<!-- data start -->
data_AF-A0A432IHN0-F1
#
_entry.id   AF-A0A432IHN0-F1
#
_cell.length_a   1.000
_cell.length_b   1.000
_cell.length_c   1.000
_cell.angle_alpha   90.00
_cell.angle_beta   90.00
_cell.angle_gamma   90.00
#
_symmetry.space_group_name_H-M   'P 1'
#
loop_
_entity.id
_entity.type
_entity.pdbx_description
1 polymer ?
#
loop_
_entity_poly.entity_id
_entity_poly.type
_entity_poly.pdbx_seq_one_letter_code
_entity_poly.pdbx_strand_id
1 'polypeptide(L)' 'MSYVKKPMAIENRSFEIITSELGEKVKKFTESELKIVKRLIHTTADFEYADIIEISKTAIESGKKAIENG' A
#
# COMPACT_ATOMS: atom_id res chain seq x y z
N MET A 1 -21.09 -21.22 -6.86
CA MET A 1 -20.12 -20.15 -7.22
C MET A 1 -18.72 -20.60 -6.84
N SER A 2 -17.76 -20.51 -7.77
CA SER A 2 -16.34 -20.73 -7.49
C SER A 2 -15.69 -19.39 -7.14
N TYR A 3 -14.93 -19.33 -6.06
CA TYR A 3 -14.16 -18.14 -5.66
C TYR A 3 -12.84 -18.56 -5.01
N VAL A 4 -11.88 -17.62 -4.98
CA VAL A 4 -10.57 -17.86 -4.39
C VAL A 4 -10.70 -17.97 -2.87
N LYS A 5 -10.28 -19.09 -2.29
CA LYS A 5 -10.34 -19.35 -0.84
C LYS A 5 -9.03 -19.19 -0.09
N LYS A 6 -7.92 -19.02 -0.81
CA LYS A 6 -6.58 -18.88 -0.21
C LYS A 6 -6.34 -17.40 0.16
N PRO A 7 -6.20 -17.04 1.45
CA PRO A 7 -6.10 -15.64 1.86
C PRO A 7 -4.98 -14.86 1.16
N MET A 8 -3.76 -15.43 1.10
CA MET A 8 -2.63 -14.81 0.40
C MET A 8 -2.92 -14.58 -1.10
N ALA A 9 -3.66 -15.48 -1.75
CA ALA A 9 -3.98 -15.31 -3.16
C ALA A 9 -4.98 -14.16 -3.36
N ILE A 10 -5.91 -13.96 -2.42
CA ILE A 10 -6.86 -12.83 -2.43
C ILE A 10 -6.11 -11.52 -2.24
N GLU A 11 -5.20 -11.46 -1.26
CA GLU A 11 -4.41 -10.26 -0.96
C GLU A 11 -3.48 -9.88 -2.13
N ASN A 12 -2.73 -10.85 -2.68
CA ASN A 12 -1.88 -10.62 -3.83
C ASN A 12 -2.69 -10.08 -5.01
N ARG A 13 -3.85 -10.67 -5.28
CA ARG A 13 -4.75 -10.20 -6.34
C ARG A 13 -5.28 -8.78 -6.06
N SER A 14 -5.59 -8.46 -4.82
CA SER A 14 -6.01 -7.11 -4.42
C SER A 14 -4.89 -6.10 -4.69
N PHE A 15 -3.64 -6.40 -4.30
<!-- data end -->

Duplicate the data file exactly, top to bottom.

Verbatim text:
data_AF-A0A432IHN0-F1
#
_entry.id   AF-A0A432IHN0-F1
#
_cell.length_a   1.000
_cell.length_b   1.000
_cell.length_c   1.000
_cell.angle_alpha   90.00
_cell.angle_beta   90.00
_cell.angle_gamma   90.00
#
_symmetry.space_group_name_H-M   'P 1'
#
loop_
_entity.id
_entity.type
_entity.pdbx_description
1 polymer ?
#
loop_
_entity_poly.entity_id
_entity_poly.type
_entity_poly.pdbx_seq_one_letter_code
_entity_poly.pdbx_strand_id
1 'polypeptide(L)' 'MSYVKKPMAIENRSFEIITSELGEKVKKFTESELKIVKRLIHTTADFEYADIIEISKTAIESGKKAIENG' A
#
# COMPACT_ATOMS: atom_id res chain seq x y z
N MET A 1 -21.09 -21.22 -6.86
CA MET A 1 -20.12 -20.15 -7.22
C MET A 1 -18.72 -20.60 -6.84
N SER A 2 -17.76 -20.51 -7.77
CA SER A 2 -16.34 -20.73 -7.49
C SER A 2 -15.69 -19.39 -7.14
N TYR A 3 -14.93 -19.33 -6.06
CA TYR A 3 -14.16 -18.14 -5.66
C TYR A 3 -12.84 -18.56 -5.01
N VAL A 4 -11.88 -17.62 -4.98
CA VAL A 4 -10.57 -17.86 -4.39
C VAL A 4 -10.70 -17.97 -2.87
N LYS A 5 -10.28 -19.09 -2.29
CA LYS A 5 -10.34 -19.35 -0.84
C LYS A 5 -9.03 -19.19 -0.09
N LYS A 6 -7.92 -19.02 -0.81
CA LYS A 6 -6.58 -18.88 -0.21
C LYS A 6 -6.34 -17.40 0.16
N PRO A 7 -6.20 -17.04 1.45
CA PRO A 7 -6.10 -15.64 1.86
C PRO A 7 -4.98 -14.86 1.16
N MET A 8 -3.76 -15.43 1.10
CA MET A 8 -2.63 -14.81 0.40
C MET A 8 -2.92 -14.58 -1.10
N ALA A 9 -3.66 -15.48 -1.75
CA ALA A 9 -3.98 -15.31 -3.16
C ALA A 9 -4.98 -14.16 -3.36
N ILE A 10 -5.91 -13.96 -2.42
CA ILE A 10 -6.86 -12.83 -2.43
C ILE A 10 -6.11 -11.52 -2.24
N GLU A 11 -5.20 -11.46 -1.26
CA GLU A 11 -4.41 -10.26 -0.96
C GLU A 11 -3.48 -9.88 -2.13
N ASN A 12 -2.73 -10.85 -2.68
CA ASN A 12 -1.88 -10.62 -3.83
C ASN A 12 -2.69 -10.08 -5.01
N ARG A 13 -3.85 -10.67 -5.28
CA ARG A 13 -4.75 -10.20 -6.34
C ARG A 13 -5.28 -8.78 -6.06
N SER A 14 -5.59 -8.46 -4.82
CA SER A 14 -6.01 -7.11 -4.42
C SER A 14 -4.89 -6.10 -4.69
N PHE A 15 -3.64 -6.40 -4.30